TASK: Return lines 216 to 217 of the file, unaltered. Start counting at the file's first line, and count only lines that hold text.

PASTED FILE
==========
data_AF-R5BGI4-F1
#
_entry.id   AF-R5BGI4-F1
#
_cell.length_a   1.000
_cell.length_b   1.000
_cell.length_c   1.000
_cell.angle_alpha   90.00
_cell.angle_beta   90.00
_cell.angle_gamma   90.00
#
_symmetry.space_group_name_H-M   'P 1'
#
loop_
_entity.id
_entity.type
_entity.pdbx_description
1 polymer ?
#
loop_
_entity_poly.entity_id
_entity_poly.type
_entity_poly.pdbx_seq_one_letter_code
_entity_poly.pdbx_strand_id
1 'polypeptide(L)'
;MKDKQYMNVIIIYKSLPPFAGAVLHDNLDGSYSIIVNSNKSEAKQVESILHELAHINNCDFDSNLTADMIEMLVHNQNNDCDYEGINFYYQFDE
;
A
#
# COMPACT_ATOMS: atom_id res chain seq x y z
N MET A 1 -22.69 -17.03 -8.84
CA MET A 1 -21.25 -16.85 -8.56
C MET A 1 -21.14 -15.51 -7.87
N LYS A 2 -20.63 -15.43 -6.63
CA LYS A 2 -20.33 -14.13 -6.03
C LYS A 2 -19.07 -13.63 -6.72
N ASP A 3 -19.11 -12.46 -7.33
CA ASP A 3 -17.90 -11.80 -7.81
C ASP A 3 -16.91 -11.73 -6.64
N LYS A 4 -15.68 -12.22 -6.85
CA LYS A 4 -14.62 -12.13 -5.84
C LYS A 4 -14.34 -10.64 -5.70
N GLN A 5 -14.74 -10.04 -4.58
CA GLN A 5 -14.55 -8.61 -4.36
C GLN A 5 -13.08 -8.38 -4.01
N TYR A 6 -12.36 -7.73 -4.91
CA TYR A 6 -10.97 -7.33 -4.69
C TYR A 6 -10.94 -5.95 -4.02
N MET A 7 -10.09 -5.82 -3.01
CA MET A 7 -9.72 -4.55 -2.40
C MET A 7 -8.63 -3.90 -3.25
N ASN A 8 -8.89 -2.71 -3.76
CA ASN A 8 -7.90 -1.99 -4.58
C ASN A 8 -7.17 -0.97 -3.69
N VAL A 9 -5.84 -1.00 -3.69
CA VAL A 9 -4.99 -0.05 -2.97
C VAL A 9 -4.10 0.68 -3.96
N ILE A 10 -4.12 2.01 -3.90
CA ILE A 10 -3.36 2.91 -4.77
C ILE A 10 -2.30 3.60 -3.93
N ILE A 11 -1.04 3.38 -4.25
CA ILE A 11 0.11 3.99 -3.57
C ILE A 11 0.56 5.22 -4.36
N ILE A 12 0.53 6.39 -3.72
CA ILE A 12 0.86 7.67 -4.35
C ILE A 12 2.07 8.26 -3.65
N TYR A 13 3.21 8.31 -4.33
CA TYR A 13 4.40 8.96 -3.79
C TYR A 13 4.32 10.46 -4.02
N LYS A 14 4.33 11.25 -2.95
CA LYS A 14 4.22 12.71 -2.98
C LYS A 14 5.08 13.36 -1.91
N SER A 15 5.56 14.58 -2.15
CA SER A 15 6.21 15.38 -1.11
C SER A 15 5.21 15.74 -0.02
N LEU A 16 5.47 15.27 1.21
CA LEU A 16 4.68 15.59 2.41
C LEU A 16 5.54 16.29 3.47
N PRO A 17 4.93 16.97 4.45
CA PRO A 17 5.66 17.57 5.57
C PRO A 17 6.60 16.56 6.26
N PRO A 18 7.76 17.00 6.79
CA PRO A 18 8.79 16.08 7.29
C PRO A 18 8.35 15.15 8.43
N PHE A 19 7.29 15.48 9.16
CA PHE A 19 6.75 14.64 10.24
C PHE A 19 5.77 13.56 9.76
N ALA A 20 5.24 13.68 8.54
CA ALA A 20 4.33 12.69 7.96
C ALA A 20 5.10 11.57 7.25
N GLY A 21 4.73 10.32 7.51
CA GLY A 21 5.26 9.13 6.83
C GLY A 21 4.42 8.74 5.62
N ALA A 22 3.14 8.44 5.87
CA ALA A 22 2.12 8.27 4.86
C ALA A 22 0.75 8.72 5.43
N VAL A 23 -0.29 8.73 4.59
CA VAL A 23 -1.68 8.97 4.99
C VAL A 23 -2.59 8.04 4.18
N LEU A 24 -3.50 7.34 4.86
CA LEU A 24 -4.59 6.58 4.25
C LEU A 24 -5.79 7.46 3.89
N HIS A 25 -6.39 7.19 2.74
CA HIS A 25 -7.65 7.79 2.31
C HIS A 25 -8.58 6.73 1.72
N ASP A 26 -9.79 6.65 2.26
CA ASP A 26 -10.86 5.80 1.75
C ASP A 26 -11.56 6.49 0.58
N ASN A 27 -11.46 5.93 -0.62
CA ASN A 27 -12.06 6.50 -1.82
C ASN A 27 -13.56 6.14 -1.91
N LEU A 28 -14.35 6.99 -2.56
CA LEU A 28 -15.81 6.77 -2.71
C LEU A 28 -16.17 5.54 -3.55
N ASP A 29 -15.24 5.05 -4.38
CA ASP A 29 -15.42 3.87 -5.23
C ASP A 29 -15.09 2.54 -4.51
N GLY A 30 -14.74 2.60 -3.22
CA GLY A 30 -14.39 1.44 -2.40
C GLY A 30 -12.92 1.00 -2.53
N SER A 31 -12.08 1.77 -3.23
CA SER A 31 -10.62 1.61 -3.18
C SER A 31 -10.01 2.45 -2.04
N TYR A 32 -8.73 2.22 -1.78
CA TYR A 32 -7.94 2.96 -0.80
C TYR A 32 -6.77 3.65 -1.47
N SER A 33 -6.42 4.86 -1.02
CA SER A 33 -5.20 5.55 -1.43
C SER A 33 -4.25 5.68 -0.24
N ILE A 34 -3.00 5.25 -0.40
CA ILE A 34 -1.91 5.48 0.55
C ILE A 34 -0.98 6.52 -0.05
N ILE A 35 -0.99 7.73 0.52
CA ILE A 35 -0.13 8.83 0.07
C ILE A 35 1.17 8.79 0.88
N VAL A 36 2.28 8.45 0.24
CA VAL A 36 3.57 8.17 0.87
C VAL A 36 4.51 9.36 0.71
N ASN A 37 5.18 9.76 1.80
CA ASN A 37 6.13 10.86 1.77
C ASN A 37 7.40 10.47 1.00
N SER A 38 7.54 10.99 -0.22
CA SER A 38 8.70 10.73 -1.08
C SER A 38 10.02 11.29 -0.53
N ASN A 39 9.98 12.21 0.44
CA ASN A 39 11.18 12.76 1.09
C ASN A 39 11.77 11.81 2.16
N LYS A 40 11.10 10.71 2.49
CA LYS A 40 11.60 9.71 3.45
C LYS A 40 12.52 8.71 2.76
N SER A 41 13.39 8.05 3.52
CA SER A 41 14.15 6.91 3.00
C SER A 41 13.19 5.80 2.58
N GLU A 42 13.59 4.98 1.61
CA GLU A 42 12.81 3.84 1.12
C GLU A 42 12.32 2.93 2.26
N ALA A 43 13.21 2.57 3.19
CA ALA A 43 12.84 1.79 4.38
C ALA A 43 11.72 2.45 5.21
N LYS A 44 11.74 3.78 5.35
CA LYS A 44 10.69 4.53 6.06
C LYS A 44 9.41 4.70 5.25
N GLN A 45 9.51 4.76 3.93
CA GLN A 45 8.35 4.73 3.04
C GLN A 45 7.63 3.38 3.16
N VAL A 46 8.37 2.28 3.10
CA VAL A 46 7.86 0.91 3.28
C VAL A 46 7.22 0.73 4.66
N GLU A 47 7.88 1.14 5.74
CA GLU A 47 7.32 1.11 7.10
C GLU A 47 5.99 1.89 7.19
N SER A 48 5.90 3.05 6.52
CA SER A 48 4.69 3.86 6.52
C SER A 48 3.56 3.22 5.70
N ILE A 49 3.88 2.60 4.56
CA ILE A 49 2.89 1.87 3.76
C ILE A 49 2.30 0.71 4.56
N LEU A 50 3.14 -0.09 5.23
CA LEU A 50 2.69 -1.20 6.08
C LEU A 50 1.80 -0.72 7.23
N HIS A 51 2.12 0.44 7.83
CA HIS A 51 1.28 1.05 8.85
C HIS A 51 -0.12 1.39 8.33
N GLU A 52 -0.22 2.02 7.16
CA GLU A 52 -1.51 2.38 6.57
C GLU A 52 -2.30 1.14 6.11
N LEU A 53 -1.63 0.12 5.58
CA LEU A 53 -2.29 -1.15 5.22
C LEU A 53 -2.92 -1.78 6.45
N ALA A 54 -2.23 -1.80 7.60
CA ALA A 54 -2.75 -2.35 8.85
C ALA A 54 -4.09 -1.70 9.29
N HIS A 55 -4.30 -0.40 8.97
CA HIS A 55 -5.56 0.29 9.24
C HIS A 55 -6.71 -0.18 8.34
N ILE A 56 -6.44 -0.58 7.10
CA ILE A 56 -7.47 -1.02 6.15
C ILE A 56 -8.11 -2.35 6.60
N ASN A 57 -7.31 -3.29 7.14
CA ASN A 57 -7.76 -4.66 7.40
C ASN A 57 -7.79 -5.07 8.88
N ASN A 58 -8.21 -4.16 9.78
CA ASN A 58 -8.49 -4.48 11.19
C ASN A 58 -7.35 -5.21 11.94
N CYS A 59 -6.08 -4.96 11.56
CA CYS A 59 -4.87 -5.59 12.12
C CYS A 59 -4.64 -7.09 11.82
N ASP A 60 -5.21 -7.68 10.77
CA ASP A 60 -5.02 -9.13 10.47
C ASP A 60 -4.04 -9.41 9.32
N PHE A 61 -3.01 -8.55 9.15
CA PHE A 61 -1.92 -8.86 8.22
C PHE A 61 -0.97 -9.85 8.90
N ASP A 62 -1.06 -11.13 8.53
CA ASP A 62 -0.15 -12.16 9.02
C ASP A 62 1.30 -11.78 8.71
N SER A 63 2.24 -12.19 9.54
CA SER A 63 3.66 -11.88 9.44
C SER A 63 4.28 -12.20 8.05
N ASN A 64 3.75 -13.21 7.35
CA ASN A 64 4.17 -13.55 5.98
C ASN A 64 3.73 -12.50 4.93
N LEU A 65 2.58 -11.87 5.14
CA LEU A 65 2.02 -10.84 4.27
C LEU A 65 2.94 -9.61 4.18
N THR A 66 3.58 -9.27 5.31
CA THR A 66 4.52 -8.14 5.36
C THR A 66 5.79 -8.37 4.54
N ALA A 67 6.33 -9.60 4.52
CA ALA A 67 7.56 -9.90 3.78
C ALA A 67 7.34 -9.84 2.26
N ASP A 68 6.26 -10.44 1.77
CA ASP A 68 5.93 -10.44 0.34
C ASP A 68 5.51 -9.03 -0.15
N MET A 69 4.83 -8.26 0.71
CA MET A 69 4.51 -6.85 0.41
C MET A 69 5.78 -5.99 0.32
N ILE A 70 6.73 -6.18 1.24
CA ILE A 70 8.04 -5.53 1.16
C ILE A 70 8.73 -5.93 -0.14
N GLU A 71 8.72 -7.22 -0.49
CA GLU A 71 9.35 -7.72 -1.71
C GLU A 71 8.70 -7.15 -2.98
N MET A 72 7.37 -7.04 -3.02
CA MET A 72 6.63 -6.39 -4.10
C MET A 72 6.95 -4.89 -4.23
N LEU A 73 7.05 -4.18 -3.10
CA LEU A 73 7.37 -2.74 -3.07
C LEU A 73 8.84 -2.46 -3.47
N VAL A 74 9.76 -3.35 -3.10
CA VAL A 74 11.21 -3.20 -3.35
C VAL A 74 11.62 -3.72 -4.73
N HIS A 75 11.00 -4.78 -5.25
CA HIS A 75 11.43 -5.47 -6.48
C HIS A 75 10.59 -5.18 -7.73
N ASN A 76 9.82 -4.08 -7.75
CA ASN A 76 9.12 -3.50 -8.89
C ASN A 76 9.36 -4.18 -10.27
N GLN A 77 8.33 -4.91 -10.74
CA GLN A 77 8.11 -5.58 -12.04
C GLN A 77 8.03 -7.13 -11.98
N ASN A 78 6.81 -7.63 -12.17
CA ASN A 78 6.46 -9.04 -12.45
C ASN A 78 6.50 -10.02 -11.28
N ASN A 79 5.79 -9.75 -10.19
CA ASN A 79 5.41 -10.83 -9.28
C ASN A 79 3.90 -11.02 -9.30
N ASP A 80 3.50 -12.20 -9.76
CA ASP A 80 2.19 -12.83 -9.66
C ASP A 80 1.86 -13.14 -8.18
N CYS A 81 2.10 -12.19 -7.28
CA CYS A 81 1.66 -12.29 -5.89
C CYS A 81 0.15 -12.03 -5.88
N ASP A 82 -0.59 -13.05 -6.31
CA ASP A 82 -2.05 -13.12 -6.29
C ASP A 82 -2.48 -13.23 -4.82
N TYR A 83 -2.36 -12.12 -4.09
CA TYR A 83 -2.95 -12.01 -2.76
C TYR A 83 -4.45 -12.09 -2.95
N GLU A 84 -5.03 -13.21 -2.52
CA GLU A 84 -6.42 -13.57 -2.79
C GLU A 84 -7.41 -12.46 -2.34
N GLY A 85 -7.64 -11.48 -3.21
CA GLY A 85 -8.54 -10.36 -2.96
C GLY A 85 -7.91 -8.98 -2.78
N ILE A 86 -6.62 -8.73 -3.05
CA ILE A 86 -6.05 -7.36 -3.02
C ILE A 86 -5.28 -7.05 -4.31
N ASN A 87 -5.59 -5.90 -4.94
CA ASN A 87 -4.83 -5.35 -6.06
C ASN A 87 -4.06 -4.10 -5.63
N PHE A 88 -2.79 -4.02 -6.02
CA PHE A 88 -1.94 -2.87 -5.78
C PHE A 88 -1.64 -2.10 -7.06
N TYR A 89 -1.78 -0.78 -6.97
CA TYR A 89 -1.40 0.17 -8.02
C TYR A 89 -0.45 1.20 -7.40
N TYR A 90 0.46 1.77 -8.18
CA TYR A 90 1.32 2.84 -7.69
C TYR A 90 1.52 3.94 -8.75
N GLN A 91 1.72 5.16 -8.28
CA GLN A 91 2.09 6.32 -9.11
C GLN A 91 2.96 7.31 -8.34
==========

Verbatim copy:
C ASP A 62 1.30 -11.78 8.71
N SER A 63 2.24 -12.19 9.54